Brian McNamee told federal law enforcement officials that Roger Clemens developed an abscess on his buttocks around the time that McNamee said he was giving him steroid injections in 1998, a lawyer with knowledge of details of the case told The New York Times.
But three members of the Toronto Blue Jays organization that season, including two trainers, said they did not recall Clemens having an abscess in 1998, the newspaper reported. And Rusty Hardin, the attorney for Clemens, said McNamee made the same assertion to federal investigators -- and that the two trainers also told them they did not recall Clemens having an abscess.
Clemens, who was named in former Sen. George Mitchells report on performance-enhancing drugs in baseball as having been injected with steroids by McNamee, has said he did not take any performance enhancing drugs. The seven-time Cy Young Award winner has said that he received injections from McNamee, who was his strength trainer with the Blue Jays and New York Yankees but that they were vitamin B-12 or the pain killer lidocaine.
While any injection can lead to an abscess, an anti-doping expert said steroid injections are more likely to trigger abscesses, according to the Times.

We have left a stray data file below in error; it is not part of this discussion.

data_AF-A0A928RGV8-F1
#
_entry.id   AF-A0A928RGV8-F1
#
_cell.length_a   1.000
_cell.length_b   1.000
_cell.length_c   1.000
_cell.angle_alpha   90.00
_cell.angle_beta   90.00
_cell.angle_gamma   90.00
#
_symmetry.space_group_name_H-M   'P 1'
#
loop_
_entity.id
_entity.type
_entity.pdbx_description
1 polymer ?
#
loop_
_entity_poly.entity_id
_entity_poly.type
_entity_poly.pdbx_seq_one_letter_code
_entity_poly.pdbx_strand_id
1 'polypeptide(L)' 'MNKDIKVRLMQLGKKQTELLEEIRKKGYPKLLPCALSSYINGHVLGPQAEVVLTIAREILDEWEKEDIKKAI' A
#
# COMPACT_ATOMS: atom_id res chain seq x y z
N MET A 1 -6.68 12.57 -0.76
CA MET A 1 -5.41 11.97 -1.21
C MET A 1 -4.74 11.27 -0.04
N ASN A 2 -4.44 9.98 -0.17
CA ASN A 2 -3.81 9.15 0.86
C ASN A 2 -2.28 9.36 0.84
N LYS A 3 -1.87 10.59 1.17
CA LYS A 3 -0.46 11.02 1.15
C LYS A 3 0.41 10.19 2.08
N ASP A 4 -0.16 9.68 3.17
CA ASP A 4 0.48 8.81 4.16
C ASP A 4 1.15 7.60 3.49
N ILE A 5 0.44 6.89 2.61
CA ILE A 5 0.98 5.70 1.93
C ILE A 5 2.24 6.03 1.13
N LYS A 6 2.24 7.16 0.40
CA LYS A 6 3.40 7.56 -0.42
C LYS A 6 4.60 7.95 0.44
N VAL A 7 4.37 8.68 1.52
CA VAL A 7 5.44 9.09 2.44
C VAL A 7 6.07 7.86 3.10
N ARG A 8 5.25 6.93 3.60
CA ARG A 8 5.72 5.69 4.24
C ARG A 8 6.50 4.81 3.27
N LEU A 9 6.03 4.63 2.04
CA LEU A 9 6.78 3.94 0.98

"It is far less likely that any injection of vitamin B12 or lidocaine, which is usually not injected deep into the body, would have created an abscess," said Dr. Gary I. Wadler, a member of the World Anti-Doping Agency, according to the Times. "Steroid users tend to repetitively inject the drug deep into the muscle and this has been associated with the development of sterile abscess."
McNamees lead counsel, Earl Ward, told the Times that McNamee believes the treatment of the abscess was noted in Clemenss medical or training records. He said that McNamee would be willing to testify under oath about the abscess when he is scheduled to appear before a congressional committee on Feb. 13.
Clemens and fellow Yankees pitcher Andy Pettitte have also been asked to testify on that day before the House Committee on Oversight and Government Reform. Pettitte, who also used McNamee as a strength trainer, was named in the Mitchell report and has admitted using human growth hormone to recover from an injury.
The Times reported that in interviews, former Blue Jays trainer Tom Craig, former team general manager Gord Ash and team physician Dr. Ron Taylor all said they did not remember Clemens being treated for an abscess. Taylor said he believed if Clemens had been treated, it would have been noted in Clemens' medical records.
Hardin said Craig and Scott Shannon, the other team trainer in 1998, told his investigators that they did not recall Clemens being treated for an abscess, according to the Times.
The abscess is not mentioned in the Mitchell report.